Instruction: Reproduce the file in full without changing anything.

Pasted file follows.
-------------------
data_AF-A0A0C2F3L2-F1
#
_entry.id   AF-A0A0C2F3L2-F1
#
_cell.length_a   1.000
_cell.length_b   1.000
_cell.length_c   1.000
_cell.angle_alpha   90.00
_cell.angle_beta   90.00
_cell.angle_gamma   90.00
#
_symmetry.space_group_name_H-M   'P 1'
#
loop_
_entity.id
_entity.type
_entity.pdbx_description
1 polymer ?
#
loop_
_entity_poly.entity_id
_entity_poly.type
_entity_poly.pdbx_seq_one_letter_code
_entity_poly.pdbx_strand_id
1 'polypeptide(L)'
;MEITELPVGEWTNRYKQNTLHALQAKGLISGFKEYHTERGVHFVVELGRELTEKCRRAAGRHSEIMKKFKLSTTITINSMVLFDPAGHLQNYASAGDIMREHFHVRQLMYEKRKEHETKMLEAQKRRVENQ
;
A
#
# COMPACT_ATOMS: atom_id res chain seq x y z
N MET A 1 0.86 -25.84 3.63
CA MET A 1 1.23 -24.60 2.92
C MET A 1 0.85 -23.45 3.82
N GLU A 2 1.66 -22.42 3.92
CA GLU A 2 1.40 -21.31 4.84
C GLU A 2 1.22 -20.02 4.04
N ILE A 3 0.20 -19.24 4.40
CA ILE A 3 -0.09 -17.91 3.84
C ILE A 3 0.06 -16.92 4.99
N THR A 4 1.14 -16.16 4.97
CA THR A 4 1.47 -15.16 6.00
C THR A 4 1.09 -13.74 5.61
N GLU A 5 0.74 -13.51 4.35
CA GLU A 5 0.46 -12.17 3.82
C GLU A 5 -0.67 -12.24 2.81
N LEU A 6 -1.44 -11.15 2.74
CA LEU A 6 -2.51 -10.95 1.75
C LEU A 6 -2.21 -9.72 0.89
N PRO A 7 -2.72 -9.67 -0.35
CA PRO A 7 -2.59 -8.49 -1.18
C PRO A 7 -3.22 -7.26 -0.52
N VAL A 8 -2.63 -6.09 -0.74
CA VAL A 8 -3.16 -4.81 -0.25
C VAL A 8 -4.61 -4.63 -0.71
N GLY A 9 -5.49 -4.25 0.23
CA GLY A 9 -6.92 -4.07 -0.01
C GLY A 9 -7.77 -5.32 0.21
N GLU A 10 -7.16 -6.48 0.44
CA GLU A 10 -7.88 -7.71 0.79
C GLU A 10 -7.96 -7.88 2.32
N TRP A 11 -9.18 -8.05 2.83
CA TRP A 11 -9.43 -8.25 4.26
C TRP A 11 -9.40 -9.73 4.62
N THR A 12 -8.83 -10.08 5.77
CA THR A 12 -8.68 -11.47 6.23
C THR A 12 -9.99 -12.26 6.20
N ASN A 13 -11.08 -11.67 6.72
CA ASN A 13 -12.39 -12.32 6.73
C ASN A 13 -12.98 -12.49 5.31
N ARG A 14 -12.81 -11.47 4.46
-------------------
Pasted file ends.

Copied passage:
data_AF-A0A0C2F3L2-F1
#
_entry.id   AF-A0A0C2F3L2-F1
#
_cell.length_a   1.000
_cell.length_b   1.000
_cell.length_c   1.000
_cell.angle_alpha   90.00
_cell.angle_beta   90.00
_cell.angle_gamma   90.00
#
_symmetry.space_group_name_H-M   'P 1'
#
loop_
_entity.id
_entity.type
_entity.pdbx_description
1 polymer ?
#
loop_
_entity_poly.entity_id
_entity_poly.type
_entity_poly.pdbx_seq_one_letter_code
_entity_poly.pdbx_strand_id
1 'polypeptide(L)'
;MEITELPVGEWTNRYKQNTLHALQAKGLISGFKEYHTERGVHFVVELGRELTEKCRRAAGRHSEIMKKFKLSTTITINSMVLFDPAGHLQNYASAGDIMREHFHVRQLMYEKRKEHETKMLEAQKRRVENQ
;
A
#
# COMPACT_ATOMS: atom_id res chain seq x y z
N MET A 1 0.86 -25.84 3.63
CA MET A 1 1.23 -24.60 2.92
C MET A 1 0.85 -23.45 3.82
N GLU A 2 1.66 -22.42 3.92
CA GLU A 2 1.40 -21.31 4.84
C GLU A 2 1.22 -20.02 4.04
N ILE A 3 0.20 -19.24 4.40
CA ILE A 3 -0.09 -17.91 3.84
C ILE A 3 0.06 -16.92 4.99
N THR A 4 1.14 -16.16 4.97
CA THR A 4 1.47 -15.16 6.00
C THR A 4 1.09 -13.74 5.61
N GLU A 5 0.74 -13.51 4.35
CA GLU A 5 0.46 -12.17 3.82
C GLU A 5 -0.67 -12.24 2.81
N LEU A 6 -1.44 -11.15 2.74
CA LEU A 6 -2.51 -10.95 1.75
C LEU A 6 -2.21 -9.72 0.89
N PRO A 7 -2.72 -9.67 -0.35
CA PRO A 7 -2.59 -8.49 -1.18
C PRO A 7 -3.22 -7.26 -0.52
N VAL A 8 -2.63 -6.09 -0.74
CA VAL A 8 -3.16 -4.81 -0.25
C VAL A 8 -4.61 -4.63 -0.71
N GLY A 9 -5.49 -4.25 0.23
CA GLY A 9 -6.92 -4.07 -0.01
C GLY A 9 -7.77 -5.32 0.21
N GLU A 10 -7.16 -6.48 0.44
CA GLU A 10 -7.88 -7.71 0.79
C GLU A 10 -7.96 -7.88 2.32
N TRP A 11 -9.18 -8.05 2.83
CA TRP A 11 -9.43 -8.25 4.26
C TRP A 11 -9.40 -9.73 4.62
N THR A 12 -8.83 -10.08 5.77
CA THR A 12 -8.68 -11.47 6.23
C THR A 12 -9.99 -12.26 6.20
N ASN A 13 -11.08 -11.67 6.72
CA ASN A 13 -12.39 -12.32 6.73
C ASN A 13 -12.98 -12.49 5.31
N ARG A 14 -12.81 -11.47 4.46